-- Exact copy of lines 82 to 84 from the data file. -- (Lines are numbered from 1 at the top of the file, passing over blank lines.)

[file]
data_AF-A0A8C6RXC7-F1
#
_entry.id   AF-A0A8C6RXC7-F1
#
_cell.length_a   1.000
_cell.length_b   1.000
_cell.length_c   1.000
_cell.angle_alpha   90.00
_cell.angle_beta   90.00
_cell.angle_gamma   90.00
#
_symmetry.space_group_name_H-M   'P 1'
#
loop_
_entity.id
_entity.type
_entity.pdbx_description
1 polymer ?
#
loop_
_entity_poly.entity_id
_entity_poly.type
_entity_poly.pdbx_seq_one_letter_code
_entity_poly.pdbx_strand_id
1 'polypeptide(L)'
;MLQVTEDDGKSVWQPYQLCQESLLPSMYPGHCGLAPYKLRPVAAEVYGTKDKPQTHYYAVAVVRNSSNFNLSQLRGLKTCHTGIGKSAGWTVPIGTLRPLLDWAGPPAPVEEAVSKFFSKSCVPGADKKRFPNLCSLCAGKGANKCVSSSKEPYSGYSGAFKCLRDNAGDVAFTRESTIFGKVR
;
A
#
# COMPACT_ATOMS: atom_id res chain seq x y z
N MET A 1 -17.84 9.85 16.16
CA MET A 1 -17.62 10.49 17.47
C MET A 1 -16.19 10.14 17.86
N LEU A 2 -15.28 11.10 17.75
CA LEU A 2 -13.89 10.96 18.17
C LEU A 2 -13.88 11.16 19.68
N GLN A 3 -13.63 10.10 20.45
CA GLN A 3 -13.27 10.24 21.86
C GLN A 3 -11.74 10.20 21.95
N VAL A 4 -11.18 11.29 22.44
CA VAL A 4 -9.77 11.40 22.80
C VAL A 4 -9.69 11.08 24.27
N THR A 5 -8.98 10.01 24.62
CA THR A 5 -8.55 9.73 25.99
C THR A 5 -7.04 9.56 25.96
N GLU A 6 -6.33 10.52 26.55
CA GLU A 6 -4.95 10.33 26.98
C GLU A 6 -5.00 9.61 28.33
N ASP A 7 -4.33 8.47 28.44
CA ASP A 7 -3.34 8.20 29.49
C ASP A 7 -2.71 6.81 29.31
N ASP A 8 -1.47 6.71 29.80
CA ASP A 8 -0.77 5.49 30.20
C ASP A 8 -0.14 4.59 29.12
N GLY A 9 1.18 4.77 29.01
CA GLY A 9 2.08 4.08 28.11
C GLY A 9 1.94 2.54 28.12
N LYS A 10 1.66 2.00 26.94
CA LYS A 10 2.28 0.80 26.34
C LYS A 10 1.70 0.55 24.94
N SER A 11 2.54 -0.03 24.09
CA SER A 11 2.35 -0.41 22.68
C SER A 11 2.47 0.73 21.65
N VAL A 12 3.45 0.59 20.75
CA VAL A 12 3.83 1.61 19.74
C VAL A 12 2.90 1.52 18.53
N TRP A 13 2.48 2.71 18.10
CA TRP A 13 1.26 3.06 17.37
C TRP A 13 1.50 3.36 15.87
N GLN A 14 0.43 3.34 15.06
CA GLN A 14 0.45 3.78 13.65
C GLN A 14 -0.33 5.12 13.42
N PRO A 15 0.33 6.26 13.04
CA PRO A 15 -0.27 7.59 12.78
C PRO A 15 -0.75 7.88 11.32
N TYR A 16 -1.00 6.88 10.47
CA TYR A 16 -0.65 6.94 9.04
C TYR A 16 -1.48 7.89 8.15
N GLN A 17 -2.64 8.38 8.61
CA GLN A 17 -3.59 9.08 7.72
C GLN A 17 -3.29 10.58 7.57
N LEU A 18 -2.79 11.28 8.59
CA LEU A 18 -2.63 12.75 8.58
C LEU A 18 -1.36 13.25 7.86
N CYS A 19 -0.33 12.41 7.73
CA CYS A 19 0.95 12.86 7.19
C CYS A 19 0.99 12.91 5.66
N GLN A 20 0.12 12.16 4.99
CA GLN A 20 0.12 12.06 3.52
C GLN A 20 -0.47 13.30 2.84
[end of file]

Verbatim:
N LEU A 18 -2.79 11.28 8.59
CA LEU A 18 -2.63 12.75 8.58
C LEU A 18 -1.36 13.25 7.86